Original Article | Open Access
Hugh James Freeman, "Temporal and Geographic Evolution of Longstanding Crohn’s Disease Over More Than 50 Years", Canadian Journal of Gastroenterology and Hepatology, vol. 17, Article ID 719418, 5 pages, 2003. https://doi.org/10.1155/2003/719418
Temporal and Geographic Evolution of Longstanding Crohn’s Disease Over More Than 50 Years
Data on the natural history of longstanding Crohn’s disease are very limited. After searching a clinical database of over 1000 patients with Crohn’s disease, it was determined that eight patients (five women, three men) had disease documented for over 50 years. In spite of complex histories with either stricturing or penetrating complications, all currently have either no symptoms or minimal disease activity, often without the need for ongoing pharmacological treatment. Most significantly, their clinical courses were all characterized by prolonged asymptomatic periods, often for more than a decade, before the recurrence of symptomatic disease. Pathological findings in all patients revealed granulomatous inflammatory disease, often recurring intermittently over many decades. Moreover, the location of the findings implied that the disease has a tendency to evolve, not only in a temporal dimension, but also extending geographically within the gastrointestinal tract. These clinical and pathological features in longstanding Crohn’s disease suggest that recurring or multiple discrete initiating events, rather than a single initiating event, could be involved in the etiology and pathogenesis of Crohn’s disease.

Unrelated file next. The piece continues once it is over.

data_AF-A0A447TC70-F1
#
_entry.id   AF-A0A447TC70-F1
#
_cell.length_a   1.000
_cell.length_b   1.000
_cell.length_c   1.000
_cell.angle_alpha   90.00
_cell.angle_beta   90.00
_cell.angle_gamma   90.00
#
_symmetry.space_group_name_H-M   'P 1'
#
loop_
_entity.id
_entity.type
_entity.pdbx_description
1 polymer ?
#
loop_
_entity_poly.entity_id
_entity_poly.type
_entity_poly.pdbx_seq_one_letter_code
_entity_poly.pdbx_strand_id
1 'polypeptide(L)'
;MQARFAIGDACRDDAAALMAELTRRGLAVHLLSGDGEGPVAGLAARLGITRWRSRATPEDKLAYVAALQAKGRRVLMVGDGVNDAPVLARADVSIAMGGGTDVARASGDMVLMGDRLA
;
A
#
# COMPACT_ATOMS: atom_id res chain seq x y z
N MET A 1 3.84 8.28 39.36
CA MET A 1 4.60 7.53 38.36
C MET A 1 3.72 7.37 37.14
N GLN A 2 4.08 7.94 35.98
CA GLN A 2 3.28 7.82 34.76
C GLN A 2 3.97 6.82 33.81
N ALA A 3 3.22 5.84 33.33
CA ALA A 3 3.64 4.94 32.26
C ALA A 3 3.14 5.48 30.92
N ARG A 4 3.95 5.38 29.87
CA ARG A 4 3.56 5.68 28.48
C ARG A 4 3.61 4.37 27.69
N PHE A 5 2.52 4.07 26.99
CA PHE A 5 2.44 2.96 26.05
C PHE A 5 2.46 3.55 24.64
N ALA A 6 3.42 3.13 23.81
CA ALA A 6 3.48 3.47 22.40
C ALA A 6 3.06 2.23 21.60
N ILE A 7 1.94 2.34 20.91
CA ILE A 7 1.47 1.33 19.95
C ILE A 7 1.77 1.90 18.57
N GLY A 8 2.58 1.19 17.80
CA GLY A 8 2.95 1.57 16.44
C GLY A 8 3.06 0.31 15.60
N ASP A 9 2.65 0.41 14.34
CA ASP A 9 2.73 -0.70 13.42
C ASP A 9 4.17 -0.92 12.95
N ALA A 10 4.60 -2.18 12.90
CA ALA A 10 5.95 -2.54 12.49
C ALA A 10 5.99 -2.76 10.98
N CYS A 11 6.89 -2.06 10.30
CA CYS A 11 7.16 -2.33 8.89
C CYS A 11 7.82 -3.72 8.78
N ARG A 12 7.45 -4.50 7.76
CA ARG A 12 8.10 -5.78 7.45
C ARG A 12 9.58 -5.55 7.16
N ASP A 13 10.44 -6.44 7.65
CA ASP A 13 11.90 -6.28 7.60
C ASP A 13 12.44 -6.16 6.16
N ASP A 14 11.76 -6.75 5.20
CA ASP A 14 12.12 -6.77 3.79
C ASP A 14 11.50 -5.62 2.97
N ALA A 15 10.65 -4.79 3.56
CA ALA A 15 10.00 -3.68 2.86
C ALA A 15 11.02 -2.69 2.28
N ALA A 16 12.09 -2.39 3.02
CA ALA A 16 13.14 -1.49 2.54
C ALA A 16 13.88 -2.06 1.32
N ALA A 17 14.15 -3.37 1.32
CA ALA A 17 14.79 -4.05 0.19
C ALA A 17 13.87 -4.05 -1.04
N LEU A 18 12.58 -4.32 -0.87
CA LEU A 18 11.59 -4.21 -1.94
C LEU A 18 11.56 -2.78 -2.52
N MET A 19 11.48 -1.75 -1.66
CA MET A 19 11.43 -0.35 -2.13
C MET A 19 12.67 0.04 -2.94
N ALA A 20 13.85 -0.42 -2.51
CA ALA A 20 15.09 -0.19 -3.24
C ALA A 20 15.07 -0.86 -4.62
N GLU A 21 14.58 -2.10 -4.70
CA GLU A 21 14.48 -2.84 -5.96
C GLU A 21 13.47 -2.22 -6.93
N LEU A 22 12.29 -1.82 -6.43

Copyright © 2003 Hindawi Publishing Corporation. This is an open access article distributed under the Creative Commons Attribution License, which permits unrestricted use, distribution, and reproduction in any medium, provided the original work is properly cited.